By Xebiso B. Kamudyariwa/ Talent Ndabenhle Ndlovu
GIVEN the significance of natural resources such as land, rivers and coastal areas to the livelihoods, income and food security of millions of people around the world, ensuring their long-term sustainability is of critical importance.
However, while the world is already facing the ominous challenges caused by climate change, hunger and unemployment, another disaster; illegal sand mining which is also known as sand poaching, looms in the background.
Sand, a scarce renewable natural resource created from rock, is arguably the second most important natural resource after water. Sand derives its importance from having no other substitutes in many industrial processes and being a critical component of many of the world’s manufacturing industries, including construction, glass factories, land reclamation, cars, cleaning detergents, pottery and silicon manufacture for computer chips, cellphones, and other electronic gadgets.
Unfortunately, for these industrial processes, only river and coastal sand are suitable while desert sand cannot be used because of the finer and more rounded nature of its grains.
Over the years, as industrialisation and manufacturing industries have grown, so has the demand for sand and the sand extraction industry.
However, the growth in the sand industry is not without its own challenges — it is riddled with the emergence of a parallel illegal sand mining industry that excavates sand without the required permits, at undesignated areas, using whatever methods are available and in whatever quantities they can find.
It is often highlighted that although sand is plentiful, its demand may in fact be greater than its supply.
Thus, it is this illegal sand mining activities whose practices threaten the sustainability of the sand resource itself and poses many negative socioeconomic and environmental challenges, that now supplies a significant proportion of the global sand supplies, and unchecked, may lead to a serious global crisis.
Sand poaching is a global challenge
Illegal sand mining is a global phenomenon — happening irrespective of legislation to regulate and monitor sand mining.
It has been reported in Asia, China, Indonesia, India, Singapore, and many African countries including South Africa, Zimbabwe, Botswana, Nigeria, Uganda and Kenya, and it is occurring anywhere that sand can be found, including riverbeds, coastal areas, and on plain land surfaces, except deserts which have sand that is unsuitable for construction.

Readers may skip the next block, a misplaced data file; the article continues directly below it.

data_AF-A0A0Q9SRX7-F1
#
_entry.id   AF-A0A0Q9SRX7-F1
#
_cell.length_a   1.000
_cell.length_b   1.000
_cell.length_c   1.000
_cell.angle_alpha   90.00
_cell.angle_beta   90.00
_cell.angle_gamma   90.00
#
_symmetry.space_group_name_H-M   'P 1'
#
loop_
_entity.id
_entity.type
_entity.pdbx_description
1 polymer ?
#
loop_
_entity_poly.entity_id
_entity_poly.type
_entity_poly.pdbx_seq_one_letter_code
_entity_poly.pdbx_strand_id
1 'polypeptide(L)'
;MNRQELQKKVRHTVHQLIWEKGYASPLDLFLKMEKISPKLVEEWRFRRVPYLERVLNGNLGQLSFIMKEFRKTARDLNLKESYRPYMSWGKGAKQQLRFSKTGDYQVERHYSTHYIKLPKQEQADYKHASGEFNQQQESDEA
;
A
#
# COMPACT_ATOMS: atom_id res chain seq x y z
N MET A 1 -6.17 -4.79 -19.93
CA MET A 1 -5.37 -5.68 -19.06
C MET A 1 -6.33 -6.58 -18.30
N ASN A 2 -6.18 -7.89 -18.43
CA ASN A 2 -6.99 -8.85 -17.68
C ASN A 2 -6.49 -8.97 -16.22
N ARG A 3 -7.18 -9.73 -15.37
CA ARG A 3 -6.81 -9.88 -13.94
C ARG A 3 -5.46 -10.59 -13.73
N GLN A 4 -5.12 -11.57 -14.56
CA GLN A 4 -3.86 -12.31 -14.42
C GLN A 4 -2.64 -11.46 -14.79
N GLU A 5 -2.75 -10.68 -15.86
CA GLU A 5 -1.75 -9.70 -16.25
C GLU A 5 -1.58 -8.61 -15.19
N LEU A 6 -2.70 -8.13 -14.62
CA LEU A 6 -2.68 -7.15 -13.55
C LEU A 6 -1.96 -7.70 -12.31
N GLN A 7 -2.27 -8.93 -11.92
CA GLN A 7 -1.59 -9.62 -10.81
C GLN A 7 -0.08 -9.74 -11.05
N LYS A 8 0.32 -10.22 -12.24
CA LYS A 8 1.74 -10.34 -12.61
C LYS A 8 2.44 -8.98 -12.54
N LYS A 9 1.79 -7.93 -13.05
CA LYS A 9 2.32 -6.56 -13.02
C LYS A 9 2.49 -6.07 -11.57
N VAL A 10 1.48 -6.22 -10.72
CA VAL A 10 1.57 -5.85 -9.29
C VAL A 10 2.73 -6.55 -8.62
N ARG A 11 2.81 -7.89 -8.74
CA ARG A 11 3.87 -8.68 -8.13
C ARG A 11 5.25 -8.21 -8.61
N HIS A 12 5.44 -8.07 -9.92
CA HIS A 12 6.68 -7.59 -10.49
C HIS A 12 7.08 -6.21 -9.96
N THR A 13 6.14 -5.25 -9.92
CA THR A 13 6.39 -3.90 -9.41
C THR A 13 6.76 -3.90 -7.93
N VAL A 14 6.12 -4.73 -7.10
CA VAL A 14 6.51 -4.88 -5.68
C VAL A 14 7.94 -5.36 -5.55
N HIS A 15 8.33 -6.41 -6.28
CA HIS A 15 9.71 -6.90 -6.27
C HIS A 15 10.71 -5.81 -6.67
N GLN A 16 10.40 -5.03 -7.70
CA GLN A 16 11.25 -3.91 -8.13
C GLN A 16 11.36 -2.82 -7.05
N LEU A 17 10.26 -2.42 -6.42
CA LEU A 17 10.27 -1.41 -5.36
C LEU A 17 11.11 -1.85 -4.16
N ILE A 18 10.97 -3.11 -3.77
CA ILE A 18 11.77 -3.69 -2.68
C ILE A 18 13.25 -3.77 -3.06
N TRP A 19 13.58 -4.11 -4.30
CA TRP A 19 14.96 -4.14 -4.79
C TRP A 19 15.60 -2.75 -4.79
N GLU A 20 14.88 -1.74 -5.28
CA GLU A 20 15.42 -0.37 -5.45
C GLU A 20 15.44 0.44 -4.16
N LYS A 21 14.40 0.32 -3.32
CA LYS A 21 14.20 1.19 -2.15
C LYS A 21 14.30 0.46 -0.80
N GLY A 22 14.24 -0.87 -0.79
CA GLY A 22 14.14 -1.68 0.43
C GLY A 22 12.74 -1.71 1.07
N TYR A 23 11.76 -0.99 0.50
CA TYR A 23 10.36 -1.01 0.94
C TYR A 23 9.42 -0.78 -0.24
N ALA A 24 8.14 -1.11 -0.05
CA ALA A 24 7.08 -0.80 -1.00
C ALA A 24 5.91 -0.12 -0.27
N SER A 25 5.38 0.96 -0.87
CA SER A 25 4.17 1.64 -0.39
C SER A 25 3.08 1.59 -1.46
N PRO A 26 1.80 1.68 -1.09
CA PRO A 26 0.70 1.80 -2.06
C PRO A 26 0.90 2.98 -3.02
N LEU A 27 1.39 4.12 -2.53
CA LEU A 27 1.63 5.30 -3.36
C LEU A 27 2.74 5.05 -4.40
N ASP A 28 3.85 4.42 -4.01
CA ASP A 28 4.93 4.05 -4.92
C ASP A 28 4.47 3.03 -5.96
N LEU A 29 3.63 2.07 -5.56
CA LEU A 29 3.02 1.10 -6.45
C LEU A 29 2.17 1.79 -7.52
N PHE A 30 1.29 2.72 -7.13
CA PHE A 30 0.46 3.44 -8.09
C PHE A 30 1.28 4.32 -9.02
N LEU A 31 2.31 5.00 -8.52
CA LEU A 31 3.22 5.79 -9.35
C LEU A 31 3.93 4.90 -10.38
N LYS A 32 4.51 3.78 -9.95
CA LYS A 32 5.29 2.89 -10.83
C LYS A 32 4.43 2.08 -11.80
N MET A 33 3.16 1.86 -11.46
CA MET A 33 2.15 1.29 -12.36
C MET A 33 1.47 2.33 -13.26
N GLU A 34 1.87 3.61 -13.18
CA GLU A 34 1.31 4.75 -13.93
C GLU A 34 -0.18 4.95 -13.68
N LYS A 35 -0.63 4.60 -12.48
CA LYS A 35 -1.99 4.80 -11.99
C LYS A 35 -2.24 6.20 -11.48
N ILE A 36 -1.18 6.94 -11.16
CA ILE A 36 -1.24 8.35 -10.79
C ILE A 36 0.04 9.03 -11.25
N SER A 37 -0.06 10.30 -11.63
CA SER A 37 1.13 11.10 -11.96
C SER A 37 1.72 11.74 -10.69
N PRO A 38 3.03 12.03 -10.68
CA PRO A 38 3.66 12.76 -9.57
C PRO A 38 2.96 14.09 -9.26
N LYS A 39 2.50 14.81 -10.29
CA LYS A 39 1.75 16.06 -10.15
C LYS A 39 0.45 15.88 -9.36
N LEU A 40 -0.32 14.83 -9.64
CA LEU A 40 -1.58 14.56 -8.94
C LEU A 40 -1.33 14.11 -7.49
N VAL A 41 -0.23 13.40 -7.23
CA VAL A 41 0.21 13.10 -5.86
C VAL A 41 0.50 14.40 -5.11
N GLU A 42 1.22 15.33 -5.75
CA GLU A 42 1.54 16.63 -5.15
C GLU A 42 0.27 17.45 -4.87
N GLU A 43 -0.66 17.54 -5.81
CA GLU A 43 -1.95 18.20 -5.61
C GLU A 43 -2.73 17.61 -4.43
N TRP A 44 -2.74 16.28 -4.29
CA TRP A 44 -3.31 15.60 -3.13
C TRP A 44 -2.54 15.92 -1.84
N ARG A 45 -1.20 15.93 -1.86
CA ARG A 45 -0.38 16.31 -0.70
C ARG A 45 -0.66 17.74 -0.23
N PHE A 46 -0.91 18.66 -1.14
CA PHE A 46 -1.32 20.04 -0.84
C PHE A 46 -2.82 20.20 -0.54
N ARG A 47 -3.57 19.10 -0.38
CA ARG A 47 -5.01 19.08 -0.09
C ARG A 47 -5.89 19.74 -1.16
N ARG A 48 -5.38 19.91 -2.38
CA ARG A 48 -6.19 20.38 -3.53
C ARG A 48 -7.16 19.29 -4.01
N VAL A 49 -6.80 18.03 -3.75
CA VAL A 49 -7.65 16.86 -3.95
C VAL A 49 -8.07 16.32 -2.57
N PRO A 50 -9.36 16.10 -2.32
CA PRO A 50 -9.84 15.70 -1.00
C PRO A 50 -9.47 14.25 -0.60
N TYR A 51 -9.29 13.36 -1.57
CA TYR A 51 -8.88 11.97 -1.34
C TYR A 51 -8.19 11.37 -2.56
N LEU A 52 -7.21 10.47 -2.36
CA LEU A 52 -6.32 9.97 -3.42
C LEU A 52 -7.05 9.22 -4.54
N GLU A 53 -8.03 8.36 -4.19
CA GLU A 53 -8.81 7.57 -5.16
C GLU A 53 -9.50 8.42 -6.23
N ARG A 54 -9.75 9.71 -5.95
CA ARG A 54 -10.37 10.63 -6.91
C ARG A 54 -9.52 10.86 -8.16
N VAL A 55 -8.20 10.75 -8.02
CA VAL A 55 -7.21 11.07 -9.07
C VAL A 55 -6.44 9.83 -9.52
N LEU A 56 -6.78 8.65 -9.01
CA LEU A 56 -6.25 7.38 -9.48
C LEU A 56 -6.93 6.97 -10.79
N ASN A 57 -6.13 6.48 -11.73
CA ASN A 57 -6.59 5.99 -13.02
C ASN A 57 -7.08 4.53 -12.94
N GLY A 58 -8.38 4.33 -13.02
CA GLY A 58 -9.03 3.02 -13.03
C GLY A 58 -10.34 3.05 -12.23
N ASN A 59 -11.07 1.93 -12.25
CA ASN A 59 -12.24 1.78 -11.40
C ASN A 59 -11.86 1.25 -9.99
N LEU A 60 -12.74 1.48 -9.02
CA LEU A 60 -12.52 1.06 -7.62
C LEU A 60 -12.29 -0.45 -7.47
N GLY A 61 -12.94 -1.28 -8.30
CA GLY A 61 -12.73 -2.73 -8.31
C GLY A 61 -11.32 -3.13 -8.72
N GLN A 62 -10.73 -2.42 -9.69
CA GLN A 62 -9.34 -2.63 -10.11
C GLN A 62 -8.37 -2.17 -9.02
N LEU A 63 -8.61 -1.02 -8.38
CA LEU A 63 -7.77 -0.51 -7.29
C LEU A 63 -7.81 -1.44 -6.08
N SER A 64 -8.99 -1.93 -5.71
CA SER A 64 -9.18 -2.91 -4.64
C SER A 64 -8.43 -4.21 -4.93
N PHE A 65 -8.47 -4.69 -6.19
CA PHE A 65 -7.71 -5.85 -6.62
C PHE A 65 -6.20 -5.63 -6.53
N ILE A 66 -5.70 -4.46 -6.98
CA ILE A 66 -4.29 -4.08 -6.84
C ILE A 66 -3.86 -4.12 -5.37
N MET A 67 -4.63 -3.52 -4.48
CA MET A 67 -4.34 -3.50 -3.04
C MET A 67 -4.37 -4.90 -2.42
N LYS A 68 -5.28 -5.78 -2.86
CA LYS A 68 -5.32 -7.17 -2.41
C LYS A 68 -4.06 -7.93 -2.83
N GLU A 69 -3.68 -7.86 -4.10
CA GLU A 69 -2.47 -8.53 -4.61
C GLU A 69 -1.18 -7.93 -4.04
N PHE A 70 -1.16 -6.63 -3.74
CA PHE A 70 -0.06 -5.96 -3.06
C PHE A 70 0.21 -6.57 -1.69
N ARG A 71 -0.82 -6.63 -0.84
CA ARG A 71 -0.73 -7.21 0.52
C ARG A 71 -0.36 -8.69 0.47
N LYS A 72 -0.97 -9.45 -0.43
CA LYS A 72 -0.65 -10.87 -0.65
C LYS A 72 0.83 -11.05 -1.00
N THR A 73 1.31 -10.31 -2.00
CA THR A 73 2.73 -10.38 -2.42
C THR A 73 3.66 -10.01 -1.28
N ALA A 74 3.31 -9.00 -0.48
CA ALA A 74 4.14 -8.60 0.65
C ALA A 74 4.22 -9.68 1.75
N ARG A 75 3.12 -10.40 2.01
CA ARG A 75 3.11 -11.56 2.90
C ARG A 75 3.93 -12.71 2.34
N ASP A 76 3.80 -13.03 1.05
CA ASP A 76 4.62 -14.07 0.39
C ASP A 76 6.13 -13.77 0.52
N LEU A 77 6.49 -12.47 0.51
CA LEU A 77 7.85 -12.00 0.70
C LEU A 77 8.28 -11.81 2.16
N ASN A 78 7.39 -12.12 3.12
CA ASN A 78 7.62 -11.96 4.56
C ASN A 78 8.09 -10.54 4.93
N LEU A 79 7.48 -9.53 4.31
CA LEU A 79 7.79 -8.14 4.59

But what exactly is driving illegal sand harvesting activities around the world especially in Africa?
A close look at some African countries’ experiences below reveals that for many, it is a matter of immediate survival versus conservation for future generations.
Kenya is facing a depletion of its sand reserves and the destruction of its ecosystems through violent cartels allegedly working with some prominent people in the State. The main driver of the sand mining trade is economic.
Rural communities find themselves with no other recourse for improving their livelihood to prevent being plunged into abject poverty.
In these communities, because higher education is not prioritised and there are limited means of formal employment, sand mining becomes the only means of making a living. Interestingly enough, the fact that sand is a natural resource means people feel it is free for all. Instead of engaging in criminal activities, they prefer to make an honest wage utilising that God has provided.
In Kenya, legislation has proven a weak control in terms of sand mining and as long as the government’s response is not firm and intentional, the illegal trade will continue.
In Morocco, it is of note that half the sand utilised in its construction industry is illegally mined from the country’s various coastland areas. These areas bear the marks of savage extraction with holes marring the landscape and a complete devastation of various ecosystems.
As in other countries, legislation appears to be very weak. Even where sand mining is done legally, illegal behaviour persists with miners extracting up to 10 times more than they are supposed to. Again, regulations fall short of being an adequate deterrent and are poorly implemented and enforced.